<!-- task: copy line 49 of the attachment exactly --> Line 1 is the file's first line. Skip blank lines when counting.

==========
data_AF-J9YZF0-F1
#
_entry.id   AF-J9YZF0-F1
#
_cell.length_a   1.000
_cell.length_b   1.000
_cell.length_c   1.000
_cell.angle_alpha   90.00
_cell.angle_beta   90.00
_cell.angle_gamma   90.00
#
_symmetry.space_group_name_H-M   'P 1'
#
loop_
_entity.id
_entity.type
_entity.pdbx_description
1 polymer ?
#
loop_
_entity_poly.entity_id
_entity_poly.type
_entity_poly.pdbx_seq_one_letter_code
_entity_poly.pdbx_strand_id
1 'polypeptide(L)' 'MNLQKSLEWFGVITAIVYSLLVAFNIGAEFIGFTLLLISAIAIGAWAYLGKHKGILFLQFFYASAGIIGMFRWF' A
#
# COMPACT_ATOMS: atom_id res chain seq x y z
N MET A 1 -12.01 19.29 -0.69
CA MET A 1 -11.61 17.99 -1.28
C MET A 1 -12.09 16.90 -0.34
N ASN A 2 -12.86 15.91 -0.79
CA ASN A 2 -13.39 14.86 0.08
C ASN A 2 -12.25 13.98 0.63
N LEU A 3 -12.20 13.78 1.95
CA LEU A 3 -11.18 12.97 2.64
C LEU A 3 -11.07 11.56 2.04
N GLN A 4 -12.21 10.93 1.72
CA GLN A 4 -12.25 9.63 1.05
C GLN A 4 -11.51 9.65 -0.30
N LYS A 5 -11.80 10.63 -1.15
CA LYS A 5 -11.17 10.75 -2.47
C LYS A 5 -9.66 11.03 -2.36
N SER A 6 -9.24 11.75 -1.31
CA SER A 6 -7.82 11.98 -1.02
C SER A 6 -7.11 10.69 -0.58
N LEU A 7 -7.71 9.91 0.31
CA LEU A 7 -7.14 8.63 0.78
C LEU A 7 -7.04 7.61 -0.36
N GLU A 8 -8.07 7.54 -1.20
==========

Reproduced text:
N GLU A 8 -8.07 7.54 -1.20